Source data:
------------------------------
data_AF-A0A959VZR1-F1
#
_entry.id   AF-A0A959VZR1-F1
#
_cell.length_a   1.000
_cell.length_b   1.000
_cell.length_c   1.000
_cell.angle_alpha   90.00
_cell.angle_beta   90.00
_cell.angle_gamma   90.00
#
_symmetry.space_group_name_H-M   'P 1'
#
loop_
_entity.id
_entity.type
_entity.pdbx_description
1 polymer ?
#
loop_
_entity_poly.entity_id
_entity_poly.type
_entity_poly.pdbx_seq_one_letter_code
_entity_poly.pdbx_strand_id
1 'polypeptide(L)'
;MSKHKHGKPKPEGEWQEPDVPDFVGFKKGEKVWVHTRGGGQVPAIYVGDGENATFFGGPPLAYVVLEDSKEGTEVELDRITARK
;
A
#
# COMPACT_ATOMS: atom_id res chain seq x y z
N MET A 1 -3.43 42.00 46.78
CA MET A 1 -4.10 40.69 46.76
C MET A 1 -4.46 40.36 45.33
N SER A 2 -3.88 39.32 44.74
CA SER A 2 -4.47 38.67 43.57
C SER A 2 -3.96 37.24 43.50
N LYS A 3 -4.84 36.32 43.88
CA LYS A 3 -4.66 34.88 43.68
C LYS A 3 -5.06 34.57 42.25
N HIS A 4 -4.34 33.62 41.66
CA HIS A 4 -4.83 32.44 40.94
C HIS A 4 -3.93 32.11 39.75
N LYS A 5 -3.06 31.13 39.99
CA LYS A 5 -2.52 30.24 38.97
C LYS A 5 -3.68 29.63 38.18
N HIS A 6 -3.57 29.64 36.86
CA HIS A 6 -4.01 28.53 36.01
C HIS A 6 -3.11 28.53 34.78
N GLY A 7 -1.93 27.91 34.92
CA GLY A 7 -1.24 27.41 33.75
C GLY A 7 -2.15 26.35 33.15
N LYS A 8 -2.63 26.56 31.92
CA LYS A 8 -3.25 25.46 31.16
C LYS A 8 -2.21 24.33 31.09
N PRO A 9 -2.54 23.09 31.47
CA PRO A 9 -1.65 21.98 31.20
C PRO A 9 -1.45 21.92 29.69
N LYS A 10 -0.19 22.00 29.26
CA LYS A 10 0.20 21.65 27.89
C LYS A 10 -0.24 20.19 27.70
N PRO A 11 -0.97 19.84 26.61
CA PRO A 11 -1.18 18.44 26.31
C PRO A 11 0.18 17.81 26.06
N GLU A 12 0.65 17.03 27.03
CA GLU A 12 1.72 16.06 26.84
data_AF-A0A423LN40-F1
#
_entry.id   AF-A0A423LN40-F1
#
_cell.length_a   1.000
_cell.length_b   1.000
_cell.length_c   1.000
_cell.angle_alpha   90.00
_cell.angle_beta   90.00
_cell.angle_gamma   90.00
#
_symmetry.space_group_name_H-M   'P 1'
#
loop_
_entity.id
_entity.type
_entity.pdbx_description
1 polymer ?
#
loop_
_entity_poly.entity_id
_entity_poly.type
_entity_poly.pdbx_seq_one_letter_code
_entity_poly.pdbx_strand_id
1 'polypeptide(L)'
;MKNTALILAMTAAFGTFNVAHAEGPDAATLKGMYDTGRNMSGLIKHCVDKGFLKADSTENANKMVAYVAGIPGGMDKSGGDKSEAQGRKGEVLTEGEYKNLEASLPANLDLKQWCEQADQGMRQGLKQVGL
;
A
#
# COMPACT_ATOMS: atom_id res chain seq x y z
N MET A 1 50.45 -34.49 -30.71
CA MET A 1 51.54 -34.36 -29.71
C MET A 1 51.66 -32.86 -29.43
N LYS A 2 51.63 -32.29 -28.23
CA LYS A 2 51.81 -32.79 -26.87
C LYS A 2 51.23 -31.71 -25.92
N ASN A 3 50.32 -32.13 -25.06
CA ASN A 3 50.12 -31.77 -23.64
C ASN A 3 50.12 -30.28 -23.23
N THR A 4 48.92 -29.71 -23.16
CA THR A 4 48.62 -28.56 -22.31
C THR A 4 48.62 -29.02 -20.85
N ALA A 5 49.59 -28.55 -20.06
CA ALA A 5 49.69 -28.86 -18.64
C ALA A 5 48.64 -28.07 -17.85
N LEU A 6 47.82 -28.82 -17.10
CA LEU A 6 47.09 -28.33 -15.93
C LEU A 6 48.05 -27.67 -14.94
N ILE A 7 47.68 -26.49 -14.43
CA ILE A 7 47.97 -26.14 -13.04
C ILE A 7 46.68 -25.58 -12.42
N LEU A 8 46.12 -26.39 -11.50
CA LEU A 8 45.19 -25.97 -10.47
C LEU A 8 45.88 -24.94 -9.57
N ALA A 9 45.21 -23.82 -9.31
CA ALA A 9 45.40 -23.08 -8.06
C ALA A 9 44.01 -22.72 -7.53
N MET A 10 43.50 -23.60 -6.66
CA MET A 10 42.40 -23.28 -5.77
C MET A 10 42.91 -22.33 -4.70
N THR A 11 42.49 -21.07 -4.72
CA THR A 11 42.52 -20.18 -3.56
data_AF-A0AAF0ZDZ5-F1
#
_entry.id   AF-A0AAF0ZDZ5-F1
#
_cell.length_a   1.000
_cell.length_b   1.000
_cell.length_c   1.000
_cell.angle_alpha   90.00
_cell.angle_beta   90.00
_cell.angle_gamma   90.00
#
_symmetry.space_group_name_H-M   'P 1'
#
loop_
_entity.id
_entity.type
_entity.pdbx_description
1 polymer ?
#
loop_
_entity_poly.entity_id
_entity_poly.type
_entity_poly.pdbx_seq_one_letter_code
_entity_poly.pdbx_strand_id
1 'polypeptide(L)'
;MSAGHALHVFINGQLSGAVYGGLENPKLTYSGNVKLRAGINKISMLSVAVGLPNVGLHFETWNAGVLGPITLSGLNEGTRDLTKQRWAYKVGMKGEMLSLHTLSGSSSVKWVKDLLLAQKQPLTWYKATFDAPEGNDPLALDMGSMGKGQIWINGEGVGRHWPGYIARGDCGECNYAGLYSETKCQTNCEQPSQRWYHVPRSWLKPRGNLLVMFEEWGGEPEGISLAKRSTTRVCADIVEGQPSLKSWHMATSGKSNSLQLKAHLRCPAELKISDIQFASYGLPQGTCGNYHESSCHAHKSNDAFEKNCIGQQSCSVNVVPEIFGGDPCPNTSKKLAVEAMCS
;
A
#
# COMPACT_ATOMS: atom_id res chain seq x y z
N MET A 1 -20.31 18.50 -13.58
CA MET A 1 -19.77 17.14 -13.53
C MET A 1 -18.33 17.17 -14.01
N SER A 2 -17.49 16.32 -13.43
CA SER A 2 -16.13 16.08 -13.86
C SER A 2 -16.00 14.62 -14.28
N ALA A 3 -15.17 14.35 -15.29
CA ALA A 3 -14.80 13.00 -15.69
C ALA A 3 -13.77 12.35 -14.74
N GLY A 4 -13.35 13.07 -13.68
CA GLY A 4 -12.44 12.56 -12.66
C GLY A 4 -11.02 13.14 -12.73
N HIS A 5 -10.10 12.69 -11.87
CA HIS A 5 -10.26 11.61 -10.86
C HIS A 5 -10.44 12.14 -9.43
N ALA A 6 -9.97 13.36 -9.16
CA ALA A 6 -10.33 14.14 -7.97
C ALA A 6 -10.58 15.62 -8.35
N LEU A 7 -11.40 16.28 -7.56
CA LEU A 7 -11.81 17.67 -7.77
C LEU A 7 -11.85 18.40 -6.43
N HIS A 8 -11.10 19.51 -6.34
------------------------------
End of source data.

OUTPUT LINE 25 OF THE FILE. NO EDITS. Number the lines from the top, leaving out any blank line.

1 'polypeptide(L)'